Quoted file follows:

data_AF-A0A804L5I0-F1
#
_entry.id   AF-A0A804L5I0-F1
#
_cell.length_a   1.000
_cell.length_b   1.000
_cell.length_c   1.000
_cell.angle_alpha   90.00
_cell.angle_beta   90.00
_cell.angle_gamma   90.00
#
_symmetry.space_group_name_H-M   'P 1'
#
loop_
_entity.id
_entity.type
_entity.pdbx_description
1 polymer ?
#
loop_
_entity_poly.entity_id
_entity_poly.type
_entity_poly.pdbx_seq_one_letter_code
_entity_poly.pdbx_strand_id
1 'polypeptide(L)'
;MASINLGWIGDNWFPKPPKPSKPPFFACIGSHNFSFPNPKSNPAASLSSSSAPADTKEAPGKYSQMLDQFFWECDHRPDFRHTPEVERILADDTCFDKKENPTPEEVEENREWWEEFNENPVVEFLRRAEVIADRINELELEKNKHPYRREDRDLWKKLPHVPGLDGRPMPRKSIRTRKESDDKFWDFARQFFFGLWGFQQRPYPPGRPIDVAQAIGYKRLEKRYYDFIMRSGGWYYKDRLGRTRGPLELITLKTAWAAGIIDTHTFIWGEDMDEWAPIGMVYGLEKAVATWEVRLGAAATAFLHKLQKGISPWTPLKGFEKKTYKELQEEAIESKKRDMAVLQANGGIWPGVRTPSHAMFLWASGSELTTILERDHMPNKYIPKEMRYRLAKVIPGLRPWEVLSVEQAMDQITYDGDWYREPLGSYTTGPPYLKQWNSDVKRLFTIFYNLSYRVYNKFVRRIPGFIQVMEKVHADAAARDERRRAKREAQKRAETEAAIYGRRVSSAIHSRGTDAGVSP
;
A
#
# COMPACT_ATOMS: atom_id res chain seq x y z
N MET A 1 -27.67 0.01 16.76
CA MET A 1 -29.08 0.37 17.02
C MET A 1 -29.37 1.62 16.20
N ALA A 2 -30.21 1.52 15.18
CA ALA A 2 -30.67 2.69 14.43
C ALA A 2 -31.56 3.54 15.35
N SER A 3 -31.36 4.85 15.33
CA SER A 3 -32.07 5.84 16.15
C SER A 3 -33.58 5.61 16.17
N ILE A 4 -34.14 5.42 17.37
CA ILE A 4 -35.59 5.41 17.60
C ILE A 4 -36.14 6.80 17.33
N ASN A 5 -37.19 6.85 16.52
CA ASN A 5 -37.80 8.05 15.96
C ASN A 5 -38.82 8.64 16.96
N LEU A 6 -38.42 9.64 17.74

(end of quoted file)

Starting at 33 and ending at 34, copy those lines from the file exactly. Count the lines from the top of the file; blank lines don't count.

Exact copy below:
C MET A 1 -29.37 1.62 16.20
N ALA A 2 -30.21 1.52 15.18